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Depression is a common mental disorder that affects more than 264 million people of all ages worldwide, according to the World Health Organization (WHO). For moderate and severe depression, health-care providers may offer psychological treatments such as behavioural activation, cognitive behavioural therapy (CBT) and interpersonal psychotherapy (IPT), or antidepressant medication. But have you heard about digital treatment for depression?
Digital treatment methods, such as games and virtual reality software, are increasingly gaining attention as a possible alternative to treat and prevent mental health disorders without direct physical care. In fact, South Korea is planning to invest nearly $26.2 million over the next three years to research digital treatment for depression.
The country's Ministry of Science and ICT announced the plan on Thursday to help the rising number of people suffering from the mental disorder.
The Ministry has earmarked 14 billion won until 2024 for the research programme, and the private sector will be investing 14.9 billion won, Yonhap news agency reported. Experts across various fields, from artificial intelligence to mental health, will take part in the research, the report said.
The aim is to develop a digital service that offers personalised depression diagnoses based on real-time collection and analysis of user data using smartphones and other mobile devices, as well as provides preventative measures against the disease.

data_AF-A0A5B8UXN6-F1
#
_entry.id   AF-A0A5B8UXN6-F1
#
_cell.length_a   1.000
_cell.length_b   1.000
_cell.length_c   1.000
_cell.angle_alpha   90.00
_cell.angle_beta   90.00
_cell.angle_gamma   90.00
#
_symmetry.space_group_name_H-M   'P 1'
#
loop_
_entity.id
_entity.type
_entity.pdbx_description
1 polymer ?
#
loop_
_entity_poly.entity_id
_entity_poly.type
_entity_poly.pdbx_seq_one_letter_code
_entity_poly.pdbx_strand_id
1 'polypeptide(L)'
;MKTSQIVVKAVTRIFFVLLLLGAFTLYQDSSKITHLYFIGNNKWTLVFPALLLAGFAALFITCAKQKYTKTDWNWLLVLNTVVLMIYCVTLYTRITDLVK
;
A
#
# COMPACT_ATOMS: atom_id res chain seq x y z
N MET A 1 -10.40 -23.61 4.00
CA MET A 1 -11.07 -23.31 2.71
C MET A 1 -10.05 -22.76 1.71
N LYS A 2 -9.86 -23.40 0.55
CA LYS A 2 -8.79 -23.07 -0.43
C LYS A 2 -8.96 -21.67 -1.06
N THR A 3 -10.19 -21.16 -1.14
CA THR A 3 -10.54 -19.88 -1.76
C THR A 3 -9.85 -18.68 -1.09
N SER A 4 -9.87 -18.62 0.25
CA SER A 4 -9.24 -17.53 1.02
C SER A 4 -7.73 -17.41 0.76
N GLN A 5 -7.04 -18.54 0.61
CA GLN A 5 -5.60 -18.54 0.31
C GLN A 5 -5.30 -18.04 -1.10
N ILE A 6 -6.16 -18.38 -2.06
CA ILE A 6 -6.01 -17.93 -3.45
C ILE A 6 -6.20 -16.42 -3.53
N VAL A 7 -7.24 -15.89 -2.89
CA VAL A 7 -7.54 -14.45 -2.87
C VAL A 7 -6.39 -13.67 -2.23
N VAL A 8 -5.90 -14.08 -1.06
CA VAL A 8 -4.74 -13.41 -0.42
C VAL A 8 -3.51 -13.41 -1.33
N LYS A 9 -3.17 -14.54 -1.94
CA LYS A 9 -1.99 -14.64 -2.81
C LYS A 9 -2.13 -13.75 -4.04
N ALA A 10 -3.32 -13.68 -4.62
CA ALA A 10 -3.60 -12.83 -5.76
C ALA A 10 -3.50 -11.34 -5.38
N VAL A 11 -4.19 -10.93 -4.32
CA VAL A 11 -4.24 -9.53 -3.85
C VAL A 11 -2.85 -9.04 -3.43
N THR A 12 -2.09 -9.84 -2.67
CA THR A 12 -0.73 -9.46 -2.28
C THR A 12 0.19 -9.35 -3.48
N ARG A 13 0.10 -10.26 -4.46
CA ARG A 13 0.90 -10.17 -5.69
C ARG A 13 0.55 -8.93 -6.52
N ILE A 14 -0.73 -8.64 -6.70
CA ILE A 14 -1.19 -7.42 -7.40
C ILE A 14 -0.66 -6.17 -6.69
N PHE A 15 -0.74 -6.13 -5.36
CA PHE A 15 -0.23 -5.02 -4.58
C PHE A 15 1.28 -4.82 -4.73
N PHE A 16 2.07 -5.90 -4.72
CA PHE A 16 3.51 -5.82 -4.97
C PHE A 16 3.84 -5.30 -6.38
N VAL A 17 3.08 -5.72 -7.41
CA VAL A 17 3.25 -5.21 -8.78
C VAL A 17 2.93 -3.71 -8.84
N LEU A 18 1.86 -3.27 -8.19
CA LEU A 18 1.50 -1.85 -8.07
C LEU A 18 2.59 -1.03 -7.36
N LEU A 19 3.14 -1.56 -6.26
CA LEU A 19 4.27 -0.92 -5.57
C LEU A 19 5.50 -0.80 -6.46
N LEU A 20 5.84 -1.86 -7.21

The devastating effects of the Covid-19 pandemic deaths from the disease, lockdowns, unprecedented curbs on social interactions, economic disruption are having a huge impact on people's mental health, leading to rise in cases of depression and anxiety.
In a survey by the US Census Bureau, more than 40 per cent of participants reported symptoms of anxiety or depression in December 2020, an increase from 11% the previous year. Data from other surveys suggest similar situation worldwide.
Last year July, smart-tech-enabled preventive healthcare platform GOQii surveyed over 10,000 Indians to understand how the pandemic has changed their life. It found that 43 per cent of the participants were dealing with depression. While 26 per cent had mild depression, 17 per cent was dealing with a more strenuous kind and 6 per cent were severely depressed.
Another study, published in the Journal of Psychiatric Research, cautioned that healthcare workers involved in Covid-19 care could be at risk for one or more mental health problems, including acute traumatic stress, depression, anxiety, problematic alcohol use, and insomnia. The researchers from the University of Utah in the US surveyed 571 healthcare workers including doctors, nurses, and emergency responders. Overall, 56 per cent of the respondents screened positive for at least one mental health disorder.
Depression is a serious mental disorder that can interfere with your work, social life and family life. We all feel sad or low sometimes, but having these feelings most of the day, nearly every day for at least 2 weeks is not normal. A persistent feeling of sadness and loss of interest are the signs of depression.
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